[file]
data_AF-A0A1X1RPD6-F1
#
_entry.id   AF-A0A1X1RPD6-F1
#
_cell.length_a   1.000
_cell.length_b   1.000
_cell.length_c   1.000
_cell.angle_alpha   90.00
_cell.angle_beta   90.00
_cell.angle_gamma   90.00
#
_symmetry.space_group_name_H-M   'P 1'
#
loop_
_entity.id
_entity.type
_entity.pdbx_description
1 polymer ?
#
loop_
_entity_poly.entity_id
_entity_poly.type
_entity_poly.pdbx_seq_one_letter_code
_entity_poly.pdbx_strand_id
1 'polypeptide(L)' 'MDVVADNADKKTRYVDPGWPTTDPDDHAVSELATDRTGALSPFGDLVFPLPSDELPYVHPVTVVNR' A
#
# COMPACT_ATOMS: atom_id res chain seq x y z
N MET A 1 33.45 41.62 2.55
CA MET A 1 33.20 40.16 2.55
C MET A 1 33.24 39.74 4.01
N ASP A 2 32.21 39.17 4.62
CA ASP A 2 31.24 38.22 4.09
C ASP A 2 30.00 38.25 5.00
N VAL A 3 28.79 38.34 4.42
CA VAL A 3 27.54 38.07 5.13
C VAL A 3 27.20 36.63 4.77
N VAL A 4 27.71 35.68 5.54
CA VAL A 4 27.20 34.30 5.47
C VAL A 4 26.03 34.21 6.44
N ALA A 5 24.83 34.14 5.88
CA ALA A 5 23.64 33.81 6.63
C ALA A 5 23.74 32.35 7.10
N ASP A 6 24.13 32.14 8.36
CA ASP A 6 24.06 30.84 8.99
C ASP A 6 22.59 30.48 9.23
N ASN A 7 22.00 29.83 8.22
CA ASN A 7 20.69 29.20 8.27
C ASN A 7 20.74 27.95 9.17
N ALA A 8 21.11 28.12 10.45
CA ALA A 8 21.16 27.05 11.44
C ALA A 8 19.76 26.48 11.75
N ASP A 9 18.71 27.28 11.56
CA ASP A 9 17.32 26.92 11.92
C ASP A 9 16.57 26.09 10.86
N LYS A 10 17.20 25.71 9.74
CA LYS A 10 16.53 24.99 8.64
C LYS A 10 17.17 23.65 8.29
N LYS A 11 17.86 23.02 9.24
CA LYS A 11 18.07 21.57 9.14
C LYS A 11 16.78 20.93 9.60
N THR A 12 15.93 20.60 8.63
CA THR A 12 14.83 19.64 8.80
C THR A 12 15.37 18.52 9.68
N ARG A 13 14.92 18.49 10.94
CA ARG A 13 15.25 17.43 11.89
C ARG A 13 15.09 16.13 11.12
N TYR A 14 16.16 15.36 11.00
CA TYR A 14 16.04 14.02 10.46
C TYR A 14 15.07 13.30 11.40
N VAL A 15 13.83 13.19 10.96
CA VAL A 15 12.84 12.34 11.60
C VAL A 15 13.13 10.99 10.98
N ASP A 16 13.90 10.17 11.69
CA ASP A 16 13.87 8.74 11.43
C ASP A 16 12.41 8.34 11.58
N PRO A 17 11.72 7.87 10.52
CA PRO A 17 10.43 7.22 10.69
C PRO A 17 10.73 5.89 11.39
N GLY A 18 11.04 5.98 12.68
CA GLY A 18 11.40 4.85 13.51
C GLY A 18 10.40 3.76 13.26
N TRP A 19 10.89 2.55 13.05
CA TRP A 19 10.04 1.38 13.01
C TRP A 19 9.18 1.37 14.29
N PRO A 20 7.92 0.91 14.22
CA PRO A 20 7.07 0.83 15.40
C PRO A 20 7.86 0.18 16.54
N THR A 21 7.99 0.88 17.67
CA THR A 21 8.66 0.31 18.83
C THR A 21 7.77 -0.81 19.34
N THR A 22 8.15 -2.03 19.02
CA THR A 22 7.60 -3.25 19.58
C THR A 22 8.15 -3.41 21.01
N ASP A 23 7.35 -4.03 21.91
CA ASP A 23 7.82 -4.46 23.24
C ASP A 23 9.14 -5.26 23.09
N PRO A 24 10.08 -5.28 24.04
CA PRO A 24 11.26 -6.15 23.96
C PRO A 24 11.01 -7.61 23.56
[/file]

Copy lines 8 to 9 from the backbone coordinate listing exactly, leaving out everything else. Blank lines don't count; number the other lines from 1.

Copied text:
_cell.angle_alpha   90.00
_cell.angle_beta   90.00